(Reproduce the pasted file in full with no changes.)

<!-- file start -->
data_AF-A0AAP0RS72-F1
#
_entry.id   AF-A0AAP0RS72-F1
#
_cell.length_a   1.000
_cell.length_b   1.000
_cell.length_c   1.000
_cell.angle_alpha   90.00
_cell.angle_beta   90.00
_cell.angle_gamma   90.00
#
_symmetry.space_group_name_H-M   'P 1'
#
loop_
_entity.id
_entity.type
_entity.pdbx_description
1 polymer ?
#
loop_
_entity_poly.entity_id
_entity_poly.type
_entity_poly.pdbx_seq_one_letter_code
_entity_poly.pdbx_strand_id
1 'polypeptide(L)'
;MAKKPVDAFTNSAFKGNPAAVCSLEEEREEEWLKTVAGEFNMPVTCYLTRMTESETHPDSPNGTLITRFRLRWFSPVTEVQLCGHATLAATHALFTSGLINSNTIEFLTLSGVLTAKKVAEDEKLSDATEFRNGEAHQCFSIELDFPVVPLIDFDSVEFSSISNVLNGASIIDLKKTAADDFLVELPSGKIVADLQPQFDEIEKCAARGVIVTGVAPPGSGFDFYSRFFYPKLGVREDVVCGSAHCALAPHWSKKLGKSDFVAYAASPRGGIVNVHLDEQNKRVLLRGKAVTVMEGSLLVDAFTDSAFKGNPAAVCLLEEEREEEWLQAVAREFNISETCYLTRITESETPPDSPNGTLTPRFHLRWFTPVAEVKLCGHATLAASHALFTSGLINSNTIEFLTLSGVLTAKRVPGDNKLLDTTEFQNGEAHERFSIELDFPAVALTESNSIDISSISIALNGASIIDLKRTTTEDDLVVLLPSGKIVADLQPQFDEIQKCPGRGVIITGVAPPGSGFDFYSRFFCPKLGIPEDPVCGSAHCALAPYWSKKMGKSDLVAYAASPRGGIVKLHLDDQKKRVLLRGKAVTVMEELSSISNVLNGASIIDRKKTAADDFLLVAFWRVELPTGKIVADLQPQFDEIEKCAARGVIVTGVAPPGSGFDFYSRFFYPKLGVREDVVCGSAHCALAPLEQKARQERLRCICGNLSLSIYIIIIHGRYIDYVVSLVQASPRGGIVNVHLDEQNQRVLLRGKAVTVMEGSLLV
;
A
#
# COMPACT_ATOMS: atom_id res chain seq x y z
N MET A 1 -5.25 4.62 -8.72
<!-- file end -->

data_AF-A0AAP0RS72-F1
#
_entry.id   AF-A0AAP0RS72-F1
#
_cell.length_a   1.000
_cell.length_b   1.000
_cell.length_c   1.000
_cell.angle_alpha   90.00
_cell.angle_beta   90.00
_cell.angle_gamma   90.00
#
_symmetry.space_group_name_H-M   'P 1'
#
loop_
_entity.id
_entity.type
_entity.pdbx_description
1 polymer ?
#
loop_
_entity_poly.entity_id
_entity_poly.type
_entity_poly.pdbx_seq_one_letter_code
_entity_poly.pdbx_strand_id
1 'polypeptide(L)'
;MAKKPVDAFTNSAFKGNPAAVCSLEEEREEEWLKTVAGEFNMPVTCYLTRMTESETHPDSPNGTLITRFRLRWFSPVTEVQLCGHATLAATHALFTSGLINSNTIEFLTLSGVLTAKKVAEDEKLSDATEFRNGEAHQCFSIELDFPVVPLIDFDSVEFSSISNVLNGASIIDLKKTAADDFLVELPSGKIVADLQPQFDEIEKCAARGVIVTGVAPPGSGFDFYSRFFYPKLGVREDVVCGSAHCALAPHWSKKLGKSDFVAYAASPRGGIVNVHLDEQNKRVLLRGKAVTVMEGSLLVDAFTDSAFKGNPAAVCLLEEEREEEWLQAVAREFNISETCYLTRITESETPPDSPNGTLTPRFHLRWFTPVAEVKLCGHATLAASHALFTSGLINSNTIEFLTLSGVLTAKRVPGDNKLLDTTEFQNGEAHERFSIELDFPAVALTESNSIDISSISIALNGASIIDLKRTTTEDDLVVLLPSGKIVADLQPQFDEIQKCPGRGVIITGVAPPGSGFDFYSRFFCPKLGIPEDPVCGSAHCALAPYWSKKMGKSDLVAYAASPRGGIVKLHLDDQKKRVLLRGKAVTVMEELSSISNVLNGASIIDRKKTAADDFLLVAFWRVELPTGKIVADLQPQFDEIEKCAARGVIVTGVAPPGSGFDFYSRFFYPKLGVREDVVCGSAHCALAPLEQKARQERLRCICGNLSLSIYIIIIHGRYIDYVVSLVQASPRGGIVNVHLDEQNQRVLLRGKAVTVMEGSLLV
;
A
#
# COMPACT_ATOMS: atom_id res chain seq x y z
N MET A 1 -5.25 4.62 -8.72